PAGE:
11. Benchista

    Benchista Which Tyler


    How many pictures do you have currently that are 100 or 150 years old? As an extended family, we have one, taken in 1916, of my great grandfather and those of his family not at war (so not including my grandfather or great uncle). My parents disposed of a large box of photos of another great uncle on the North West Frontier in 1919 with the Ghurkas when they moved - they simply had nowhere to store it, and neither did anyone else in the family at the time. If you want a picture to survive, put it in an expensive frame that won't get chucked out. I simply don't have any faith in shoeboxes, having seen what happens to them.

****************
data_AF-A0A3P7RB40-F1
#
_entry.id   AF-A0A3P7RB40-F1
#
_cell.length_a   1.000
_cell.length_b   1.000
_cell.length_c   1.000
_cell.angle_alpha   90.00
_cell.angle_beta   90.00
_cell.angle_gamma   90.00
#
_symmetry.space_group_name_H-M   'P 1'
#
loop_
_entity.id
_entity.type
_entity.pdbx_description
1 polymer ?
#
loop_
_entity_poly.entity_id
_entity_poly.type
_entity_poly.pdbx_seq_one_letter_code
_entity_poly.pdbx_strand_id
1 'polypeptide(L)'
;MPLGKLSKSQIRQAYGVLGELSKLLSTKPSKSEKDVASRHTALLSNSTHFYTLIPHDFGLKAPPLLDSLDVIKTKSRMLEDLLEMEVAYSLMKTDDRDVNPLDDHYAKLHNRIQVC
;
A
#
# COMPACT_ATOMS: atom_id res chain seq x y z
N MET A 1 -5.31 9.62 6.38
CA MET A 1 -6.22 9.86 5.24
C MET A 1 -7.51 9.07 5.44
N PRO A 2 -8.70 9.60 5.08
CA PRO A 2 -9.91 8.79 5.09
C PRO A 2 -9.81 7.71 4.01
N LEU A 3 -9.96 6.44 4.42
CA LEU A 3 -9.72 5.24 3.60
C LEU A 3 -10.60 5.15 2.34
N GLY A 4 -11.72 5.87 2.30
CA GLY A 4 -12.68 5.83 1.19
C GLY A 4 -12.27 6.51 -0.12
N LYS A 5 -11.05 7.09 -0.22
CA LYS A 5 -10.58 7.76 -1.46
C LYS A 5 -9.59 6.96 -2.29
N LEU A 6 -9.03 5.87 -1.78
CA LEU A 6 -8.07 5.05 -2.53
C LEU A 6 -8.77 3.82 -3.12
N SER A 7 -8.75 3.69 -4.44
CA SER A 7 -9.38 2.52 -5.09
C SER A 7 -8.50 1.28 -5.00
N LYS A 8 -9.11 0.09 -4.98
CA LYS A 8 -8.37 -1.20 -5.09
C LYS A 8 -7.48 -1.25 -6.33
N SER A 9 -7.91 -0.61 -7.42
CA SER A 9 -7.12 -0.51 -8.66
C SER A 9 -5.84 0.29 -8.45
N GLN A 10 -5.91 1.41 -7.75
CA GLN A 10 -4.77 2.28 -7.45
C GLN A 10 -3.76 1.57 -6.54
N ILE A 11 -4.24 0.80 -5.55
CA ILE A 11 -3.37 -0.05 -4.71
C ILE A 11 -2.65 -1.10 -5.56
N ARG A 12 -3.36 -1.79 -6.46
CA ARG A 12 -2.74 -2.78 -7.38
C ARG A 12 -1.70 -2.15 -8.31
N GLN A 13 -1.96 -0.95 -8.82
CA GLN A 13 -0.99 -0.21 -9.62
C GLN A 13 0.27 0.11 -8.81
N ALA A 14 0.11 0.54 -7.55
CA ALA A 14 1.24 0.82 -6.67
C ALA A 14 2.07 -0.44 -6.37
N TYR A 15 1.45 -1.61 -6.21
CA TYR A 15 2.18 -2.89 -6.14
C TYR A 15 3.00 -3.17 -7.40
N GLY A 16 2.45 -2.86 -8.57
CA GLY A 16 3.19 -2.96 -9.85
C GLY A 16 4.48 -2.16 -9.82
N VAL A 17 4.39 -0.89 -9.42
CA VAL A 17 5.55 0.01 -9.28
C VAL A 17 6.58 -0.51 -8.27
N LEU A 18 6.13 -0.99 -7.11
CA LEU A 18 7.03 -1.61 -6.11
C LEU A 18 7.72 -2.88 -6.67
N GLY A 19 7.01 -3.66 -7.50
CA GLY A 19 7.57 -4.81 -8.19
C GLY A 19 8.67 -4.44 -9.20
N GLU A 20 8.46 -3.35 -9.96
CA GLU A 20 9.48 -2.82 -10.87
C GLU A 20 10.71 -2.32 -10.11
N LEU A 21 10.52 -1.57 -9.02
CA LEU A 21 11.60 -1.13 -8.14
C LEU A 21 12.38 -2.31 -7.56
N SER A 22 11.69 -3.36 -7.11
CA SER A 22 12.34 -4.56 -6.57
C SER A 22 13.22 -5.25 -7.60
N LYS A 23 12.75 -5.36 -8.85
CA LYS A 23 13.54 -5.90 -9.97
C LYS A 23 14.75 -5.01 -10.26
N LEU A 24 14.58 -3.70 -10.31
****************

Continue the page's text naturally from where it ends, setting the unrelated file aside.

I agree that storage media will change, but that's generally transparent with online storage, which is why I think it's by far the best bet for survival.
     
  12. MickLL

    MickLL Well-Known Member

    I'm not sure that I have any that are 150 years old but I have quite a lot that (I think) are over 100. Can't be sure of course but knowing when a person was born and died and making a guess at their age in the picture makes me think that they have reached their century.

    Coming down the scale I have scores (maybe hundreds) of images between 70 and 80 years old . Many taken by me but lots more by my parents.